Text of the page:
‘Pennhurst:’ Reason for optimism in King, or reason for worry in other areas of the law?

With oral arguments in King this week—today!—I’ve temporarily reprised my my Vox-writer role. Yesterday, I published a piece on Pennhurst, a legal doctrine that could prove consequential. Like Chevron, it hinges on the justices reading the law as ambiguous, but Pennhurst is a doctrine that demonstrates deference to the states—not to federal agencies—so it might prove more palatable to the conservative justices.

The government does have one legal doctrine, however, that might be especially persuasive to right-leaning judges. It’s called the Pennhurst doctrine, and its all about ensuring that the federal government doesn’t violate state rights.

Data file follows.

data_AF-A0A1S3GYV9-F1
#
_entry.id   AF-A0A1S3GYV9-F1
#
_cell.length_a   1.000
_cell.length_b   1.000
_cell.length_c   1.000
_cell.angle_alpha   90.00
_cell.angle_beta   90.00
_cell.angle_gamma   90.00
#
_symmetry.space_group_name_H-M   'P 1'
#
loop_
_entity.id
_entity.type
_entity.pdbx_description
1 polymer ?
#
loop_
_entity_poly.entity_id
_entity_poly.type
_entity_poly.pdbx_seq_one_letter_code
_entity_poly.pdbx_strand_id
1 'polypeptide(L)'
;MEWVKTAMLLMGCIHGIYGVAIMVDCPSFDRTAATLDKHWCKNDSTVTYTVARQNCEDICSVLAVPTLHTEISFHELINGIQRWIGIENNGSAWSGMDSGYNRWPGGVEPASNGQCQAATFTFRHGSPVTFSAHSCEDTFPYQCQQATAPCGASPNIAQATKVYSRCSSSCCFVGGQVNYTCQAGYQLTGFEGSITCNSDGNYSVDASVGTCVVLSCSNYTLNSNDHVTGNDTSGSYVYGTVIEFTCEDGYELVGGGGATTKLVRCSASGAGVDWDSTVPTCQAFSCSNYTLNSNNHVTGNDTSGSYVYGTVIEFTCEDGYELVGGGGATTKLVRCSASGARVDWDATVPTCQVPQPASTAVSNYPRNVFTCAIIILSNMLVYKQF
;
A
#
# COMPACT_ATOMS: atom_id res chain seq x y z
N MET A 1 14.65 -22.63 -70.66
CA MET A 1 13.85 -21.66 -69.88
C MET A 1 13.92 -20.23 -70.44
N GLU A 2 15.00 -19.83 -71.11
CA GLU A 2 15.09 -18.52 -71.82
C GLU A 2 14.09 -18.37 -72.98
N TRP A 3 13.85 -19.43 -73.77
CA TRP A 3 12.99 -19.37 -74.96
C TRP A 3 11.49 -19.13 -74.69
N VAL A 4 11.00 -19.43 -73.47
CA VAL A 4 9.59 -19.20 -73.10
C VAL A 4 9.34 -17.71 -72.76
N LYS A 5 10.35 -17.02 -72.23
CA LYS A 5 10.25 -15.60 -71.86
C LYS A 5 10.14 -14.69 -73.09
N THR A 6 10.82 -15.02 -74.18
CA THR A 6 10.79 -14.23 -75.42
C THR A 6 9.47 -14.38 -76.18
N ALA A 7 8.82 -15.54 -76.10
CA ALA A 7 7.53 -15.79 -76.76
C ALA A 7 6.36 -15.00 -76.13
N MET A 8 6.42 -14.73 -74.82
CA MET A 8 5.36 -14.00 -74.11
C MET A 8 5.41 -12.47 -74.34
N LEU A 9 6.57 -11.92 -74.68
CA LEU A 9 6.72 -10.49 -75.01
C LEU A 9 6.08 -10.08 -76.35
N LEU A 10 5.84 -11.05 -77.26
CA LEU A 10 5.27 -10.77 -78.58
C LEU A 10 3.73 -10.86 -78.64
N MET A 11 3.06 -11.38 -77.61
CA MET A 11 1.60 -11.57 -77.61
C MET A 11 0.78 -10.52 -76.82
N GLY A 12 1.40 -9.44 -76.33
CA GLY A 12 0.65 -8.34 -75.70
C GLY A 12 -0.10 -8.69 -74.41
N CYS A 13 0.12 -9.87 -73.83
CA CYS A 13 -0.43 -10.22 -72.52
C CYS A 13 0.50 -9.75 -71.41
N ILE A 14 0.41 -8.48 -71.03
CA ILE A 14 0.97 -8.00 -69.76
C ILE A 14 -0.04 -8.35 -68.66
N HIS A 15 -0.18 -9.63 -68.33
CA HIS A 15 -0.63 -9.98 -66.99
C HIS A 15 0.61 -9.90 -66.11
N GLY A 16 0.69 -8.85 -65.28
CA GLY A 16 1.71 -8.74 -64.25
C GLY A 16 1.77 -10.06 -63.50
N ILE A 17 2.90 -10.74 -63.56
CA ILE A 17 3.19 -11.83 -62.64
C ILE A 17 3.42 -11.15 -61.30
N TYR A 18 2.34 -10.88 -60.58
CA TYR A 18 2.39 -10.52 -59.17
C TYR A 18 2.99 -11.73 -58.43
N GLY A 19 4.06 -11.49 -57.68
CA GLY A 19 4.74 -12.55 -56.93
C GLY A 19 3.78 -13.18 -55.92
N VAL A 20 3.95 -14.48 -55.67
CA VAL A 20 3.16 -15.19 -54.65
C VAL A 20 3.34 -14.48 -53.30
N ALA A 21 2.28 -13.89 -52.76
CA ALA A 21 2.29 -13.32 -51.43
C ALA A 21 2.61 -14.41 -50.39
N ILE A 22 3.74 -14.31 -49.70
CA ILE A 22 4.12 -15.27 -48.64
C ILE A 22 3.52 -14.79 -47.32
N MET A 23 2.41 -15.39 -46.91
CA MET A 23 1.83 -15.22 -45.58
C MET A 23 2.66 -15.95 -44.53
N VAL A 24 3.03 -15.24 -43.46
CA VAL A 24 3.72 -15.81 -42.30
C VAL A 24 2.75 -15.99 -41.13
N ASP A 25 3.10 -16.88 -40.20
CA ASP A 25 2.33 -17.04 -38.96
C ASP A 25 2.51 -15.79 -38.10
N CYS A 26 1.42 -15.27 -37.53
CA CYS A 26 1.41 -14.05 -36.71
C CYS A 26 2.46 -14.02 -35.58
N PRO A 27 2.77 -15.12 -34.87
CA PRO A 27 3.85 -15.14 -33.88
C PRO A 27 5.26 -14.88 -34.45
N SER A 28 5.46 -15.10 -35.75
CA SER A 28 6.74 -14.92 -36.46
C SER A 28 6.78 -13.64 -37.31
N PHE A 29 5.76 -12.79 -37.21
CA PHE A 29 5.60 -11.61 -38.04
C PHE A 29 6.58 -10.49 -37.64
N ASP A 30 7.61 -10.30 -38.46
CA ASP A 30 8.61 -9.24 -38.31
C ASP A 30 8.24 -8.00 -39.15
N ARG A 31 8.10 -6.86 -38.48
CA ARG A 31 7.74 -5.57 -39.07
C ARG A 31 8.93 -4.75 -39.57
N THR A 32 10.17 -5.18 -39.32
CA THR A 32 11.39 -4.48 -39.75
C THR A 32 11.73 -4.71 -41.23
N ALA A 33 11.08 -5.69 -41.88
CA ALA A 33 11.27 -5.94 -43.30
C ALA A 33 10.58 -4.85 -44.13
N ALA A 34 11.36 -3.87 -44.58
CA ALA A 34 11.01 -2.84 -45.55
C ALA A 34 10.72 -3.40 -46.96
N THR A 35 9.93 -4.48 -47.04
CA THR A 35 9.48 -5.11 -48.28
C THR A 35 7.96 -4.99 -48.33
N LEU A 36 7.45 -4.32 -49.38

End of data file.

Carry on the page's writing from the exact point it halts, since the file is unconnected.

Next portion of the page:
Legal scholars defending Obamacare think this argument may resonate with the court’s conservative wing, but some worry that a ruling on Pennhurst grounds could have implications that stretch far beyond health reform.

The rest is here.

For a really interesting, more historical take on the doctrine, you should absolutely read Noam Levey.

Adrianna (@onceuponA)

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